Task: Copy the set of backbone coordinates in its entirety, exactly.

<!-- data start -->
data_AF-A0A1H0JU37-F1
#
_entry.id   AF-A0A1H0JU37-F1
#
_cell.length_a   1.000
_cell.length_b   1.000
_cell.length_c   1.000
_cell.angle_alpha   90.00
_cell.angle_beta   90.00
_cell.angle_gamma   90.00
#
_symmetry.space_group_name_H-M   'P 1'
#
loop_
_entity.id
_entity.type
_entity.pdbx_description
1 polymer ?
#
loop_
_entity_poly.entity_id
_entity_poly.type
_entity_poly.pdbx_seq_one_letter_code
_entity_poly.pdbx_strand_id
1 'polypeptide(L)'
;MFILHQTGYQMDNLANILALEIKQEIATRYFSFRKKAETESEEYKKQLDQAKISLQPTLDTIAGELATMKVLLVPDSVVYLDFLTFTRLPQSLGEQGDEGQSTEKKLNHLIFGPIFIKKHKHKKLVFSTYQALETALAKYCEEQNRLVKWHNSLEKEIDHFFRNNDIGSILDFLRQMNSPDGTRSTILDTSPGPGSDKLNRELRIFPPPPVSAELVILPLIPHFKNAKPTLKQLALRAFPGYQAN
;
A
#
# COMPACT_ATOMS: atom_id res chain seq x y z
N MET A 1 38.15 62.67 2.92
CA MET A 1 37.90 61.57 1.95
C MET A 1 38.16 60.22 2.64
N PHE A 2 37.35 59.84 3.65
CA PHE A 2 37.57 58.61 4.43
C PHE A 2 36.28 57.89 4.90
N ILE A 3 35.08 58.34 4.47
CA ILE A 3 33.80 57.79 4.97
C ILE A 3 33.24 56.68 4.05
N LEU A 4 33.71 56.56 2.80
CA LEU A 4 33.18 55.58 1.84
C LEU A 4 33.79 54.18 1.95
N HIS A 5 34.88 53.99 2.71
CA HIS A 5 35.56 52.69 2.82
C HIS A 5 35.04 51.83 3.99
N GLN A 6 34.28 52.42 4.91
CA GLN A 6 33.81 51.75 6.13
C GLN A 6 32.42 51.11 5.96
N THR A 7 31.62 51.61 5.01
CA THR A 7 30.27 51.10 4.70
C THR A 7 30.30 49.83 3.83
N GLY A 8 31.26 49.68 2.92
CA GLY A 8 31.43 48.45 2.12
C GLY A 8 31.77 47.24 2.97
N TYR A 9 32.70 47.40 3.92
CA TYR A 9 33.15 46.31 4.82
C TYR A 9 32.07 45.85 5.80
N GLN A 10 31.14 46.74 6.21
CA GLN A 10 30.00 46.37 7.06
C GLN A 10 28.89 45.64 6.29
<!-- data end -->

data_AF-A0A1H0JU37-F1
#
_entry.id   AF-A0A1H0JU37-F1
#
_cell.length_a   1.000
_cell.length_b   1.000
_cell.length_c   1.000
_cell.angle_alpha   90.00
_cell.angle_beta   90.00
_cell.angle_gamma   90.00
#
_symmetry.space_group_name_H-M   'P 1'
#
loop_
_entity.id
_entity.type
_entity.pdbx_description
1 polymer ?
#
loop_
_entity_poly.entity_id
_entity_poly.type
_entity_poly.pdbx_seq_one_letter_code
_entity_poly.pdbx_strand_id
1 'polypeptide(L)'
;MFILHQTGYQMDNLANILALEIKQEIATRYFSFRKKAETESEEYKKQLDQAKISLQPTLDTIAGELATMKVLLVPDSVVYLDFLTFTRLPQSLGEQGDEGQSTEKKLNHLIFGPIFIKKHKHKKLVFSTYQALETALAKYCEEQNRLVKWHNSLEKEIDHFFRNNDIGSILDFLRQMNSPDGTRSTILDTSPGPGSDKLNRELRIFPPPPVSAELVILPLIPHFKNAKPTLKQLALRAFPGYQAN
;
A
#
# COMPACT_ATOMS: atom_id res chain seq x y z
N MET A 1 38.15 62.67 2.92
CA MET A 1 37.90 61.57 1.95
C MET A 1 38.16 60.22 2.64
N PHE A 2 37.35 59.84 3.65
CA PHE A 2 37.57 58.61 4.43
C PHE A 2 36.28 57.89 4.90
N ILE A 3 35.08 58.34 4.47
CA ILE A 3 33.80 57.79 4.97
C ILE A 3 33.24 56.68 4.05
N LEU A 4 33.71 56.56 2.80
CA LEU A 4 33.18 55.58 1.84
C LEU A 4 33.79 54.18 1.95
N HIS A 5 34.88 53.99 2.71
CA HIS A 5 35.56 52.69 2.82
C HIS A 5 35.04 51.83 3.99
N GLN A 6 34.28 52.42 4.91
CA GLN A 6 33.81 51.75 6.13
C GLN A 6 32.42 51.11 5.96
N THR A 7 31.62 51.61 5.01
CA THR A 7 30.27 51.10 4.70
C THR A 7 30.30 49.83 3.83
N GLY A 8 31.26 49.68 2.92
CA GLY A 8 31.43 48.45 2.12
C GLY A 8 31.77 47.24 2.97
N TYR A 9 32.70 47.40 3.92
CA TYR A 9 33.15 46.31 4.82
C TYR A 9 32.07 45.85 5.80
N GLN A 10 31.14 46.74 6.21
CA GLN A 10 30.00 46.37 7.06
C GLN A 10 28.89 45.64 6.29